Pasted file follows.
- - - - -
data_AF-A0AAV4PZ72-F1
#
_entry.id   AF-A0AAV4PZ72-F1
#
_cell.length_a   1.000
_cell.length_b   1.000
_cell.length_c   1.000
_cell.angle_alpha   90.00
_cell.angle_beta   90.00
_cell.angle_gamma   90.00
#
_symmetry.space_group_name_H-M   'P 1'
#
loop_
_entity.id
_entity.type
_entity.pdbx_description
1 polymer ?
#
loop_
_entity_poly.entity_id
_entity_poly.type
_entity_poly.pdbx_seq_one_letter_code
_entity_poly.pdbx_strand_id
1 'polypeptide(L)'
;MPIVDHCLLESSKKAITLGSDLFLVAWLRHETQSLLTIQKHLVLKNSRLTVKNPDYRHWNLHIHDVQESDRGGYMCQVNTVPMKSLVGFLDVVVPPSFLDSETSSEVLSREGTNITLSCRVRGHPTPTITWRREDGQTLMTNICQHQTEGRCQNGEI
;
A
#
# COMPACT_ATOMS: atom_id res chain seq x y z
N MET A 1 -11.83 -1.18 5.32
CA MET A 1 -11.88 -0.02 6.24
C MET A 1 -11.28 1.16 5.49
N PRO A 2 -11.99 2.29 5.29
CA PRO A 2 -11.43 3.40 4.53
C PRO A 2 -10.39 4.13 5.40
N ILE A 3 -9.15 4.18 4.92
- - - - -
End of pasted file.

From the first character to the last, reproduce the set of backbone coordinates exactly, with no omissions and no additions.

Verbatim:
data_AF-A0AAV4PZ72-F1
#
_entry.id   AF-A0AAV4PZ72-F1
#
_cell.length_a   1.000
_cell.length_b   1.000
_cell.length_c   1.000
_cell.angle_alpha   90.00
_cell.angle_beta   90.00
_cell.angle_gamma   90.00
#
_symmetry.space_group_name_H-M   'P 1'
#
loop_
_entity.id
_entity.type
_entity.pdbx_description
1 polymer ?
#
loop_
_entity_poly.entity_id
_entity_poly.type
_entity_poly.pdbx_seq_one_letter_code
_entity_poly.pdbx_strand_id
1 'polypeptide(L)'
;MPIVDHCLLESSKKAITLGSDLFLVAWLRHETQSLLTIQKHLVLKNSRLTVKNPDYRHWNLHIHDVQESDRGGYMCQVNTVPMKSLVGFLDVVVPPSFLDSETSSEVLSREGTNITLSCRVRGHPTPTITWRREDGQTLMTNICQHQTEGRCQNGEI
;
A
#
# COMPACT_ATOMS: atom_id res chain seq x y z
N MET A 1 -11.83 -1.18 5.32
CA MET A 1 -11.88 -0.02 6.24
C MET A 1 -11.28 1.16 5.49
N PRO A 2 -11.99 2.29 5.29
CA PRO A 2 -11.43 3.40 4.53
C PRO A 2 -10.39 4.13 5.40
N ILE A 3 -9.15 4.18 4.92